Air Care Colorado Blog

AirCare Colorado Blog


Colorado Laws & Ordinances Limit Vehicle Idling to Combat Air Pollution


Many local and state governments have adopted laws and ordinances that limit vehicle idling to combat increasing air pollution and greenhouse gas emissions. Each law and ordinance varies in who it targets, the basic overall structure, and the penalties associated with not complying, however, the overall objective of each law and ordinance remains the same – to protect air quality by reducing emissions created by unnecessary vehicle idling.

Colorado Laws and Ordinances

  • Aspen – Limits vehicle idling to five minutes in any one-hour period and the vehicle must be attended to at all times
  • Basalt – Limits vehicle idling to no more than two consecutive minutes
  • Denver – Limits vehicle idling to five minutes in any one-hour period and the vehicle must be attended to at all times.
  • Johnstown – Vehicles weighing more than ten thousand (10,000) pounds are forbidden from idling for more than 15 minutes in any one-hour period
  • Greenwood Village – Vehicles weighing more than twelve thousand (12,000) pounds are restricted from idling for a consecutive period longer than five minutes
  • Mountain Village – Limits vehicle idling to five minutes within any one-hour period and the vehicle must also be attended to by a licensed operator
  • Telluride – Limits vehicle idling to 30 seconds and vehicle must be attended by a driver. Idling time permitted is extended to three minutes for starting an engine in cold weather
  • Winter Park – Limits vehicle idling to no more than 15 consecutive minutes

In addition to the laws and ordinances listed above, Colorado Revised Statute 42-4-1206, more commonly known as the "puffer" law, allows law enforcement officers across the state to immediately ticket individuals who have left a vehicle running unattended for any period of time.

Additional Laws and Ordinances from across the United States

  • District of Columbia – Limits vehicle idling to three minutes while the vehicle is parked, stopped, or standing, including for the purpose of operating air conditioning equipment in the vehicle
  • Salt Lake City, UT – Limits vehicle idling to two minutes within city limits. First offenses are provided a warning, however, subsequent offenses can result in a fine up to $410
  • Park City, UT – Limits vehicle idling to three minutes and carries a $100 fine for violators
  • Minneapolis, MN – Limits vehicle idling to no more than three minutes in any one-hour period. Vehicle operators may idle for up to 15 minutes in temperatures less than zero degrees or higher than 90 degrees
  • Vermont – School buses shall not idle the engine on school grounds for more than five minutes within a one-hour period and must turn off the main engine upon arrival

Common Exemptions Found in Idling Laws and Ordinances

  • The ambient outside air temperature has been less than twenty (20) degrees Fahrenheit for each hour of the previous twenty-four (24) hour period; or
  • The latest hourly ambient outside air temperature is less than ten (10) degrees Fahrenheit.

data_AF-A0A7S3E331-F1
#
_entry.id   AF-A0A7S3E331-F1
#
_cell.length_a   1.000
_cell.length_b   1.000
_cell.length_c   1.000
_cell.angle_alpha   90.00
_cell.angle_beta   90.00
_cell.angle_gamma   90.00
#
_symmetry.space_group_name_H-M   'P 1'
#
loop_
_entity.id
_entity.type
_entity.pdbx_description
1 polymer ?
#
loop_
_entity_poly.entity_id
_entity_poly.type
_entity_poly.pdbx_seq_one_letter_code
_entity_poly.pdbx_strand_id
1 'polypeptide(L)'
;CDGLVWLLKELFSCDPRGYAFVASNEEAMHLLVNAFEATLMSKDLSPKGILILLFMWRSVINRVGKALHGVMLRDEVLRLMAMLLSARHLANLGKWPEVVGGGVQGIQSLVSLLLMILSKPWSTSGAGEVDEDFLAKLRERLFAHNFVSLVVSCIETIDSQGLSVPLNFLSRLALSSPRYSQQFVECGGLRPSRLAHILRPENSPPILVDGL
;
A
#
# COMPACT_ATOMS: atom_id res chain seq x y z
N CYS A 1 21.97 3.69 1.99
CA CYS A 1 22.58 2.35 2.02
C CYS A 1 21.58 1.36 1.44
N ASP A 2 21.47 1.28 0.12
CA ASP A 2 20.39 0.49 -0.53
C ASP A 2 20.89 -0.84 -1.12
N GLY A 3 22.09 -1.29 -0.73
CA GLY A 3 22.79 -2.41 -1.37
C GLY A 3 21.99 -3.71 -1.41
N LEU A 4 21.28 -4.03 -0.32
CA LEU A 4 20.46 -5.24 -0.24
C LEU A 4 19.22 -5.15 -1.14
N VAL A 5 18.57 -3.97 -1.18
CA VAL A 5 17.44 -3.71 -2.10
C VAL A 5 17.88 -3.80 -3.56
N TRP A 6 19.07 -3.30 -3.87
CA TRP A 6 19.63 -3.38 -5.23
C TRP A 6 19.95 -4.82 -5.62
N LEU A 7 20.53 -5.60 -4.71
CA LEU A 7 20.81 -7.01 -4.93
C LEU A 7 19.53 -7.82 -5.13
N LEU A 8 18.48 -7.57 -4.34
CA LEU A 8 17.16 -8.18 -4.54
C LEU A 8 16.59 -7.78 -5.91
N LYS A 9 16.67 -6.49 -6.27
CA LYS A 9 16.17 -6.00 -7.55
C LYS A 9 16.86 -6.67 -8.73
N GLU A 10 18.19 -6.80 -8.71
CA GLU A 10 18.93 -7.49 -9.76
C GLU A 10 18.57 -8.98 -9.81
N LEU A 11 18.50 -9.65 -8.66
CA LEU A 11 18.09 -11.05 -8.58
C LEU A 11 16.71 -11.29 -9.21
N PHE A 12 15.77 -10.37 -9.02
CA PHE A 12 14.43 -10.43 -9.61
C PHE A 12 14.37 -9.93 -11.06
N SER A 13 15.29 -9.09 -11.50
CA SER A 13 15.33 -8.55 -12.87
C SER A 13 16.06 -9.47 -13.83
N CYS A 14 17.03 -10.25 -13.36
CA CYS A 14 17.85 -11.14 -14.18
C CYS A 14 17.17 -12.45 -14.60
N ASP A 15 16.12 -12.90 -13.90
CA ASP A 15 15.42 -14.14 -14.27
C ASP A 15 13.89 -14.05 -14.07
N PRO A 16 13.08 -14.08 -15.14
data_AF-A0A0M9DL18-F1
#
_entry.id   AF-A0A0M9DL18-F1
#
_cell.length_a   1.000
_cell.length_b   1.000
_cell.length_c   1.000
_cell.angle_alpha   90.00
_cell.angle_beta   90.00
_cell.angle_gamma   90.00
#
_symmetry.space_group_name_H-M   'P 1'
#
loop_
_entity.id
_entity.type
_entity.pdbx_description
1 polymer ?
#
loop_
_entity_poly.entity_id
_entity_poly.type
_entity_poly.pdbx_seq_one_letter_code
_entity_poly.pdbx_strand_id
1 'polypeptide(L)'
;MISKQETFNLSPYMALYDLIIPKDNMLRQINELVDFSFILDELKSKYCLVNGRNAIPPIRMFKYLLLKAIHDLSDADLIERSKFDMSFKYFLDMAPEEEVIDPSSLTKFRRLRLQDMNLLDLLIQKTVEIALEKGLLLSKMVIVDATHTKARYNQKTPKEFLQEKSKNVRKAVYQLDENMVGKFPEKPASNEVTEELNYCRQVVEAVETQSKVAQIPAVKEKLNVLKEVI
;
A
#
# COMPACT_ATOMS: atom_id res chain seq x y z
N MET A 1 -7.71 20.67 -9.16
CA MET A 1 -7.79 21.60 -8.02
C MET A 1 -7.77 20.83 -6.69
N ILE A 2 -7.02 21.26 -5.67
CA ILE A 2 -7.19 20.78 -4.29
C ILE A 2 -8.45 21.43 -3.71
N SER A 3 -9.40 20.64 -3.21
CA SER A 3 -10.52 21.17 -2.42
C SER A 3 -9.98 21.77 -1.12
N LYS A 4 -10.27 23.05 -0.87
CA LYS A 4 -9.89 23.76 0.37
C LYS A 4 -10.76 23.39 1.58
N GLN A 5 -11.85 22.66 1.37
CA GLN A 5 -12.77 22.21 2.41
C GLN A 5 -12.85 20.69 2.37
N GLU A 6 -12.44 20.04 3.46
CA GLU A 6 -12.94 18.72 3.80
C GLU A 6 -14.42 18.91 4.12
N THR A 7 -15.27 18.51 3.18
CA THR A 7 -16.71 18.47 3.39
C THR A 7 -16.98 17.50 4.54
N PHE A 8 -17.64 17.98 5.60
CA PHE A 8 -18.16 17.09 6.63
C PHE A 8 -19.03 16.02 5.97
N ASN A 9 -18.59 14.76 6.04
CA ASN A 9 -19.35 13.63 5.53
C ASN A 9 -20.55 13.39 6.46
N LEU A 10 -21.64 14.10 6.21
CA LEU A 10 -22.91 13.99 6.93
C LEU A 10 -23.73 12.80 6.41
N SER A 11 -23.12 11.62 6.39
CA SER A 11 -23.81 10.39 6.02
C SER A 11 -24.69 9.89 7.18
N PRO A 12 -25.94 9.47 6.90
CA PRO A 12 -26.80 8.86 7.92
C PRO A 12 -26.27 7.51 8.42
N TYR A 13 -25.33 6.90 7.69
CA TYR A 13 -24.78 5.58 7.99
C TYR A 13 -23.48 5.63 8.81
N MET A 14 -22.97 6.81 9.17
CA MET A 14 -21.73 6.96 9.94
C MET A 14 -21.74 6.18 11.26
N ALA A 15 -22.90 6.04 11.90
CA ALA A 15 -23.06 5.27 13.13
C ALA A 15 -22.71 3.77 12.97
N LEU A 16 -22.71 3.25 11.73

• The idling restriction in subsection (a) shall not apply to emergency vehicles; to vehicles engaged in traffic control operations; to vehicles which are being serviced; to vehicles that must idle to operate auxiliary equipment, including but not limited to pumps, compressors or refrigeration units; or to vehicles en route to a destination that are stopped by traffic congestion.
  • The time during which transportation vehicles are actively loading or discharging passengers shall not be included in the computation of the five (5) minutes determined herein to be a prolonged or unreasonable period of time. A transportation vehicle shall be defined for purposes of this section to mean motor vehicles designed to transport a minimum of sixteen (16) persons

What Can I Do?

  • Encourage your elected officials to adopt an idling ordinance. For example, the City and County of Denver's Idling Vehicle Ordinance limits idling to five minutes in any one-hour period. Denver Police have the authority to ticket any vehicle left idling for a period longer than five minutes and can ticket immediately any vehicle left idling unattended ("puffer" law).
  • The Colorado State idling law, passed in 2011, allows local governments to limit idling by some of these vehicles (commercial diesel vehicles of 14,000 lbs or more) to no more than 5 minutes within 1 hour. Communities can impose a fine of up to $150 for first time offenses and up to $500 for second offenses and beyond.
  • Read the US EPA's Model Idling Ordinance.
  • Use this sample idling law as a template to draft your own legislation for your community


- See more at:

author: admin |


Kids, Show Us How to Help Keep the Air Clean and Win a Bike and A Thousand Dollars for Your School!

We all share the air, so what can we do to keep our air clean? Create a picture that shows simple steps that we can all take to help keep the Front Ranges’ air clean and you could win a new bike for yourself and $1,000 for your school.  Winning entries will be featured at Envirotest – Air Care Colorado stations along the Front Range, and you will have the chance to record a clean air message to be heard on Radio Disney this fall.